Patent infringement is the act of utilizing a patented invention without permission from the patent holder. Permission may typically be granted in the form of a license. In many countries a use is required to be commercial (or to have a commercial purpose) to constitute a patent infringement. The scope of the patented invention or the extent of protection is defined in the claims of the granted patent. In other words, the terms of the claims inform people what they are not allowed to do without the permission of the patent holder. Patents are territorial and infringement is only possible in a country where a patent is in force. The scope of protection may also vary from country to country, because the patent is examined by patent office in each country/area and may have some difference of patentability, so that a granted patent has not worldwide applicability. The elements of infringement are typically, any party that manufactures, imports, uses, sells, or offers for sale patented technology, during the term of the patent and within the country that issued the patent, is considered to infringe the patent. The test varies from country to country, but in general it requires that the infringer's product falls within one or more of the claims of the granted patent. The process employed involves "reading" a claim onto the technology of interest. If all of the claim's elements are found in the technology, the claim is said to "read on" the technology; if a single element from the claim is missing from the technology, the claim does not literally read on the technology and the technology does not infringe the patent with respect to that claim. In response to allegations of infringement, an accused infringer will generally assert one or more of the following: They are not practicing the patented invention; They are not performing any infringing act in the territory covered by the patent; The patent has expired; The patent (or the particular claim(s) alleged to be infringed) is invalid. This may be as a consequence of not meeting patentability criteria or a formal defect that makes the patent invalid or unenforceable; They have obtained a license under the patent; The patent holder is infringing patent rights belonging to the accused infringer, which can result in settlement of a dispute and cross-licensing (Wikipedia). In United States law, an infringement may occur where the defendant has made, used, sold, offered to sell, or imported an infringing invention or its equivalent. One also commits indirect infringement if he actively and knowingly induces another to infringe, and is liable for that infringement. Types of "indirect infringement" include "contributory infringement" and "induced infringement." No infringement action may be started until the patent is issued. However, pre-grant protection is available under 35 U.S.C. § 154(d), which allows a patent owner to obtain reasonable royalty damages for certain infringing activities that occurred before patent's date of issuance. This right to obtain provisional damages requires a patent holder to show that (1) the infringing activities occurred after the publication of the patent application, (2) the patented claims are substantially identical to the claims in the published application, and (3) the infringer had "actual notice" of the published patent application (Wikipedia).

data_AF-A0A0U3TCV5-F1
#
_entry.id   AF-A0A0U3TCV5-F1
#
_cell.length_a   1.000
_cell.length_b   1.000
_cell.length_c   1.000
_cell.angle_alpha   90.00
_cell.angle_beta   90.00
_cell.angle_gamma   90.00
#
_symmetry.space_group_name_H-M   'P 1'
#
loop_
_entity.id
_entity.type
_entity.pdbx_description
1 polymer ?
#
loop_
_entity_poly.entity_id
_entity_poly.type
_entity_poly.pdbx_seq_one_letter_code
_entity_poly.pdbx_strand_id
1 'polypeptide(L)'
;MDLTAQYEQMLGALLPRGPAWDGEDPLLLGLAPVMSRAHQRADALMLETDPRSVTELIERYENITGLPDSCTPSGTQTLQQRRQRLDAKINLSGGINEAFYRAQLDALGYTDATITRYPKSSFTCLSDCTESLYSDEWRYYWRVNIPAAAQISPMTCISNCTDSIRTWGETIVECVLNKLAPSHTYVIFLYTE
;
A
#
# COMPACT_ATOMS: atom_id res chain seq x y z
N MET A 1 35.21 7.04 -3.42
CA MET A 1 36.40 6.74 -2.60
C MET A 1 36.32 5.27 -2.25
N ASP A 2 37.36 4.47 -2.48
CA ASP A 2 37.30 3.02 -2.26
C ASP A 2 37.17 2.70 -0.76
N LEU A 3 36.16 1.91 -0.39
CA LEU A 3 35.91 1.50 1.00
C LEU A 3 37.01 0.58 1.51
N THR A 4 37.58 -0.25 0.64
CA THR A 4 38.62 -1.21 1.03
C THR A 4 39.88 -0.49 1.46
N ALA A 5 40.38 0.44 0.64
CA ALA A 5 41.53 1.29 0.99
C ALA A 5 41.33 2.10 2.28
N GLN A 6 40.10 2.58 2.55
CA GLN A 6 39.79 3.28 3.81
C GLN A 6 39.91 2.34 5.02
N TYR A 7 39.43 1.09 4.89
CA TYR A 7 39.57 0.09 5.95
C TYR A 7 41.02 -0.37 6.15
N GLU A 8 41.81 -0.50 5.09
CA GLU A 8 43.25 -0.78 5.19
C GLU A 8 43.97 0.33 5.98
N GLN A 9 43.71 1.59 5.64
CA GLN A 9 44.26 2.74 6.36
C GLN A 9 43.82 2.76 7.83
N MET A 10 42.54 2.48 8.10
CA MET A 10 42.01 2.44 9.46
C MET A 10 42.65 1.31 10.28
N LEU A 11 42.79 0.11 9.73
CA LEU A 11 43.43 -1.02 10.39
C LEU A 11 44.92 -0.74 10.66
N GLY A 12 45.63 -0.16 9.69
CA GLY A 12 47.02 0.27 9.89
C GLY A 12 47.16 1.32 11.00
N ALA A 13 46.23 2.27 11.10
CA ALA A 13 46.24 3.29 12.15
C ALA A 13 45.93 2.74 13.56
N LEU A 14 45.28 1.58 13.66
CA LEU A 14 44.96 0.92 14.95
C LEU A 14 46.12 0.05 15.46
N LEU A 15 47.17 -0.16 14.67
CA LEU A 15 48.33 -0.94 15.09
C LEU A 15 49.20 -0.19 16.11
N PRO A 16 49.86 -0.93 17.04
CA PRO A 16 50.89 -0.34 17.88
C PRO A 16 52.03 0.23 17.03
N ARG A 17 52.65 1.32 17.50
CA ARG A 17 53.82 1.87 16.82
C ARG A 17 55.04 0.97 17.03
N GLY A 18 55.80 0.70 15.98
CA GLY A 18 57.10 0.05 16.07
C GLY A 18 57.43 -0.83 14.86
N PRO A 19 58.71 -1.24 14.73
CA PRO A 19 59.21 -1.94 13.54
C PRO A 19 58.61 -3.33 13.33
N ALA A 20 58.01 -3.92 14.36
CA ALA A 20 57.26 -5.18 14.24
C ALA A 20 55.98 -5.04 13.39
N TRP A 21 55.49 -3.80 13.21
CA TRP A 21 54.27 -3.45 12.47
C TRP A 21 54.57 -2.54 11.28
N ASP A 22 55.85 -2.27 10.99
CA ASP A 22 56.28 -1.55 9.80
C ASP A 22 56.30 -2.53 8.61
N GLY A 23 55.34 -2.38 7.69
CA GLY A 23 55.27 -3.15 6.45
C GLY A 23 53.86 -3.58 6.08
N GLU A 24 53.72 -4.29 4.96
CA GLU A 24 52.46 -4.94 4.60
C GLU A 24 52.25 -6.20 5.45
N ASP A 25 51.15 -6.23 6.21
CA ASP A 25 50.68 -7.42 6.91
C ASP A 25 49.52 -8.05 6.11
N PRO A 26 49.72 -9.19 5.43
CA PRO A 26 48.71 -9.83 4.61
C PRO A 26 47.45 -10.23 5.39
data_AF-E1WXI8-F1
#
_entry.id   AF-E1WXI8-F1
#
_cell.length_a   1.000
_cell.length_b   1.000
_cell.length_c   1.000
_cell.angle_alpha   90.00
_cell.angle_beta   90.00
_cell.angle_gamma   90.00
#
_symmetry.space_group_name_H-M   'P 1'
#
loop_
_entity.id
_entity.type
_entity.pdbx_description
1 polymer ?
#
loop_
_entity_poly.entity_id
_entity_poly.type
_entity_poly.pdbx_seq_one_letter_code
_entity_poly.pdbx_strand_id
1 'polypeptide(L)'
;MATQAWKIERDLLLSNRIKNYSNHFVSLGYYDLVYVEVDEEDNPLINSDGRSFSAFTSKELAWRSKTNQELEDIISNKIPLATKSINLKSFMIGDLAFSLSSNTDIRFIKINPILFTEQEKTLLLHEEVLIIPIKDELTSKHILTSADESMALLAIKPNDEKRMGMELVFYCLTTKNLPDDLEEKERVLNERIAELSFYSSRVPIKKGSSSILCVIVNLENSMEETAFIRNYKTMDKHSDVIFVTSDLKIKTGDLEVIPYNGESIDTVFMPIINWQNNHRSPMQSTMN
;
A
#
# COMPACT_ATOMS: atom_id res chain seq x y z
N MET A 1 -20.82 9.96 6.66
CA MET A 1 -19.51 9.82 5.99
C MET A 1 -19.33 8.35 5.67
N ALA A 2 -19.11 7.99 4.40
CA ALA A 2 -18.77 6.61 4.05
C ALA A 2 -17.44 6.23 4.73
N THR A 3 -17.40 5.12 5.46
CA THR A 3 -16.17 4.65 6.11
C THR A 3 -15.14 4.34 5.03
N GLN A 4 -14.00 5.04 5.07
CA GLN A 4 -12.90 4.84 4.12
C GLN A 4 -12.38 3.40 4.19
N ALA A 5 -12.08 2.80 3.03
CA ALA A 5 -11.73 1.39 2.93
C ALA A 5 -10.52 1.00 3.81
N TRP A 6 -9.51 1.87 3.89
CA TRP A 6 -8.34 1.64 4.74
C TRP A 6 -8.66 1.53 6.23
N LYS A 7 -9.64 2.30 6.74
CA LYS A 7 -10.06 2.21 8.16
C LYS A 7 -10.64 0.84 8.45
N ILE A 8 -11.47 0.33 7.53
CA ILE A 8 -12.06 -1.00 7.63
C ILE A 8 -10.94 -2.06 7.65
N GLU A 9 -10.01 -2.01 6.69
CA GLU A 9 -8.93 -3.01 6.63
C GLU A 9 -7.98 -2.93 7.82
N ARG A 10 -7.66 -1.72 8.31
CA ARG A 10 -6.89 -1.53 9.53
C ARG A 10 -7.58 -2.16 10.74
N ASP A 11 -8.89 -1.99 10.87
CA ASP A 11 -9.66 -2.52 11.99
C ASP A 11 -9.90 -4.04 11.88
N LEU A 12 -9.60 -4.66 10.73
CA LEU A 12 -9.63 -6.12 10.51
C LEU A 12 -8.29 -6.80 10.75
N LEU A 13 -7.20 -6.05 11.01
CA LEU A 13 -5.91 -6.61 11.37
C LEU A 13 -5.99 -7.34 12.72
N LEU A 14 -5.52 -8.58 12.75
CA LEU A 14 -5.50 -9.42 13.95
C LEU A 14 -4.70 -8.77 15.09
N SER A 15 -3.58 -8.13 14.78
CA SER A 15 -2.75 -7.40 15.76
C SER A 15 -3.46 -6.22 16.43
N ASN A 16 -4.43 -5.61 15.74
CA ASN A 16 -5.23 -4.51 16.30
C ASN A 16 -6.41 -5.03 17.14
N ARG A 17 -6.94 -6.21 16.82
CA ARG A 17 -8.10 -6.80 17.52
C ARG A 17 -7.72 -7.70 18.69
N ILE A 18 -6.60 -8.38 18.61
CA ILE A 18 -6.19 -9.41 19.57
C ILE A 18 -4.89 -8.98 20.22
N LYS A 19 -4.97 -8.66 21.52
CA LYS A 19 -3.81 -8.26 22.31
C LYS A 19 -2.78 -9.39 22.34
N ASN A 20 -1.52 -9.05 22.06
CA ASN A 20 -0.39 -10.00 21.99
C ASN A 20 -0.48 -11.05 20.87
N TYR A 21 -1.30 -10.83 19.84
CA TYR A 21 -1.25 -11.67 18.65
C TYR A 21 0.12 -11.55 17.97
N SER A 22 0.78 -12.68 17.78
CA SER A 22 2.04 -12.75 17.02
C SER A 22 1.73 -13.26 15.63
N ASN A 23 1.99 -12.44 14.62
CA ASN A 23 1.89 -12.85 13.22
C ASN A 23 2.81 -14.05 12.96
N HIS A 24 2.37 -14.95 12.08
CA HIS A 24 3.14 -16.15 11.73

There are two basic remedies that exist for patent infringement; namely: injunctive relief; and damages. Preliminary and permanent injunctions are provided for under § 283 of the Patent Act. Whether a preliminary injunction will issue in a case of patent infringement depends upon four factors; namely: 1) the moving party's reasonable likelihood of success on the merits; 2) the harm the moving party will suffer if preliminary relief is not granted; 3) the balance of the hardships between the moving party and the party to be enjoined;...
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